Did the NFL want to take care of discarded players benefits back in 1992?
WEDNESDAY, 29 DECEMBER 2010 15:06
BY EVAN WEINER
THE BUSINESS AND POLITICS OF SPORTS
For New York Giants backers, this Sunday's contest against the Washington Redskins could be the team's final game for a long, long time. The National Football League's Collective Bargaining Agreement ends on March 3 and should the owners and players not reach an agreement, the NFL's off season will be silent except for the annual draft which will take place as scheduled.
There will be no free agency, no mini-camps, no organized team activities, no overlooked in the draft college kids signing up with teams and no training camp until the owners and players reach an accord. Meanwhile the players will challenge the legitimacy of the owners' war chest, which is being stuffed with money from Rupert Murdoch's News Corporation (FOX), General Electric's NBC, Summer Redstone's CBS, Disney's ESPN and DirecTV. The players filed a complaint to Special Master of the National Football League Stephen Burbank, a University of Pennsylvania law professor. Burbank was appointed by a federal court in 2002 to handle disputes between the owners and players.
The players could decertify the association, which means that the NFLPA could go to court and ask for an injunction to end the lockout. The argument would be that the players are independent contractor and not part of the association. The owners plan to end players benefits as soon as the lockout starts.
The dispute comes down to money. The NFL owners want to cut back revenues given to the players from 59 to 48 percent and cut salaries by 18 percent. But there are some other issues such as pensions and health benefits. Health benefits should emerge as a major issue, but it isn't.
Week after week, National Football League players are getting hurt in alarming numbers. Green Bay Packers quarterback Aaron Rogers, who was cleared to play against the Giants last Sunday, has had two concussions this year. A concussion is a brain injury. Indianapolis Colts wide receiver Austin Collie is done for the season after getting his "bell rung" again. The Philadelphia Eagles quarterback Michael Vick is on the field because of a head injury that 2010 Eagles starting quarterback Kevin Kolb went down with a head injury.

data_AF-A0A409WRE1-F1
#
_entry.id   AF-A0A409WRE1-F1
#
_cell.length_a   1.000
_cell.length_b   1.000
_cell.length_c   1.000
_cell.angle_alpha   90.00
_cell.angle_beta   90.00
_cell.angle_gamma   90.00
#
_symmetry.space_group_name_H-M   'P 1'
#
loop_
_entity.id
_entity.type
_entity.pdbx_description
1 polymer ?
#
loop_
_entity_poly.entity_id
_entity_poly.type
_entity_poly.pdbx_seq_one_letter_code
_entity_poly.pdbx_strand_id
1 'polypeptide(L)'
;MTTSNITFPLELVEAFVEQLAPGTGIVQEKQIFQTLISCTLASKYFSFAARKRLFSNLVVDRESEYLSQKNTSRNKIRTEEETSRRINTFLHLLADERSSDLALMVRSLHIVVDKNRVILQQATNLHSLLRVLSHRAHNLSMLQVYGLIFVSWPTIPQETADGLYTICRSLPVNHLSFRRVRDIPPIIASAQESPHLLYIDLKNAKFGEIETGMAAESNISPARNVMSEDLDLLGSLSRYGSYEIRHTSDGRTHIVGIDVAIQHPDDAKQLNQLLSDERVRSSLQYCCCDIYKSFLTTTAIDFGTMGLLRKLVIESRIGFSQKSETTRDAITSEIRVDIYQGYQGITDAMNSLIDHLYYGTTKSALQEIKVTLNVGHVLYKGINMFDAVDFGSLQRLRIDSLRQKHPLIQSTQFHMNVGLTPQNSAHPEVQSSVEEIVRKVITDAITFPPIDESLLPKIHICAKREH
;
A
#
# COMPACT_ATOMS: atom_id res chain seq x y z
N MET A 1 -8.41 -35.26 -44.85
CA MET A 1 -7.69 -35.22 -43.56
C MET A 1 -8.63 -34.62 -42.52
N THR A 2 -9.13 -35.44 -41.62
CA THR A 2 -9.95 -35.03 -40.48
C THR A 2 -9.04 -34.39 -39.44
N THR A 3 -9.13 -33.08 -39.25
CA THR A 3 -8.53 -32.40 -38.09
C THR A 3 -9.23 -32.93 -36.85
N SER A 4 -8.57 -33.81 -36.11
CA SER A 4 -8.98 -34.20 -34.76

If there is a fortunate part of all the head injuries that have occurred is that the NFL is somewhat more diligent in taking care of head injuries than the league was say back in 1980. The league is urging players who have suffered head injuries to come forward and if a teammate notices something awry with a player he suspects has suffered a head injury to speak up.
But football players, being tough, macho guys who succumb to peer pressure get on the field as soon as they are "well enough" to perform.
Football players have "sucked it up" since the game was invented and suffered life changing injuries as a result of their actions on the field. A lot of NFL players now are getting government assistance through social security disability and Medicare because they have pre-existing conditions and cannot get health benefits. The government taking care of discarded players issue that the news media has ignored for whatever reason known only to those who decide what "news" to cover.
Here is a question that the discarded players should be asking. Did the NFL's collective bargaining negotiator Harold Henderson in 1992 propose that the league take care of old players who had no medical coverage and that the players association decided that free agency for the players was more important? A good number of former players who are uninsurable because of pre-existing conditions think it is solely the responsibility of present-day NFL owners to take care of them. However, the owners and players association collective bargained working conditions and the players association failed to protect their membership's future health needs in the 1982 and 1987 collective bargaining agreements.
The players association took the money always.
The wife of a 1960s-era player though thinks NFL owners should be responsible for health issues that were caused by injuries on the field because "the fact that the players were required to play with injuries that could and did cause long-term damage and sometimes death, does make them legally responsible." The former player wife added that she hope someone will come along and take on the NFL owners to get help for those in bad shape. "Attorneys will take a closer look at the notion that the retired players (many who did not even participate in collective bargaining) signed their rights away in the process of collective bargaining. In that same vein, once the players retire, they have no voice and are unable to restate their cause, particularly with all the current evidence of trauma and even death caused by concussions."